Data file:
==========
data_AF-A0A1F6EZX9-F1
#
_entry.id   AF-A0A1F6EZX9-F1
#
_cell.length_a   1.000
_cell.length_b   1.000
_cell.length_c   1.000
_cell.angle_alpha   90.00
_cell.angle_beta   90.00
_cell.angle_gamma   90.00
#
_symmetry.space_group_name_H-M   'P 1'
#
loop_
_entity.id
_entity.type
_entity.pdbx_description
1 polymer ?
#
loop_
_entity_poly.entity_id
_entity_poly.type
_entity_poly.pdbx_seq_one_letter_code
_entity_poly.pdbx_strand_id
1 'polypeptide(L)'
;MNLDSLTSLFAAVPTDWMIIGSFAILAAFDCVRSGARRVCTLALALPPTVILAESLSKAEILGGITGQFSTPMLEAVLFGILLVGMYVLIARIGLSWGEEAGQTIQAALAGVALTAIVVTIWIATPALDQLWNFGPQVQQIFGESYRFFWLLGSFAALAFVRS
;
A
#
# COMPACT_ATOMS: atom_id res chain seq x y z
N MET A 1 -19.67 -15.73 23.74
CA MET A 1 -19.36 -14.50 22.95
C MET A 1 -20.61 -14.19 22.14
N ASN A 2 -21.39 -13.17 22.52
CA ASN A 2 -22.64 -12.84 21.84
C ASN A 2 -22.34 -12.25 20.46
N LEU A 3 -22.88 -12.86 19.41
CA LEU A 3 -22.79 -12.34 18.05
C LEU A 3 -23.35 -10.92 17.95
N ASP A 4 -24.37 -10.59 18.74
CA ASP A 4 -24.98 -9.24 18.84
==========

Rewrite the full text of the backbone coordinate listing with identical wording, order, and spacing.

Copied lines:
data_AF-A0A1F6EZX9-F1
#
_entry.id   AF-A0A1F6EZX9-F1
#
_cell.length_a   1.000
_cell.length_b   1.000
_cell.length_c   1.000
_cell.angle_alpha   90.00
_cell.angle_beta   90.00
_cell.angle_gamma   90.00
#
_symmetry.space_group_name_H-M   'P 1'
#
loop_
_entity.id
_entity.type
_entity.pdbx_description
1 polymer ?
#
loop_
_entity_poly.entity_id
_entity_poly.type
_entity_poly.pdbx_seq_one_letter_code
_entity_poly.pdbx_strand_id
1 'polypeptide(L)'
;MNLDSLTSLFAAVPTDWMIIGSFAILAAFDCVRSGARRVCTLALALPPTVILAESLSKAEILGGITGQFSTPMLEAVLFGILLVGMYVLIARIGLSWGEEAGQTIQAALAGVALTAIVVTIWIATPALDQLWNFGPQVQQIFGESYRFFWLLGSFAALAFVRS
;
A
#
# COMPACT_ATOMS: atom_id res chain seq x y z
N MET A 1 -19.67 -15.73 23.74
CA MET A 1 -19.36 -14.50 22.95
C MET A 1 -20.61 -14.19 22.14
N ASN A 2 -21.39 -13.17 22.52
CA ASN A 2 -22.64 -12.84 21.84
C ASN A 2 -22.34 -12.25 20.46
N LEU A 3 -22.88 -12.86 19.41
CA LEU A 3 -22.79 -12.34 18.05
C LEU A 3 -23.35 -10.92 17.95
N ASP A 4 -24.37 -10.59 18.74
CA ASP A 4 -24.98 -9.24 18.84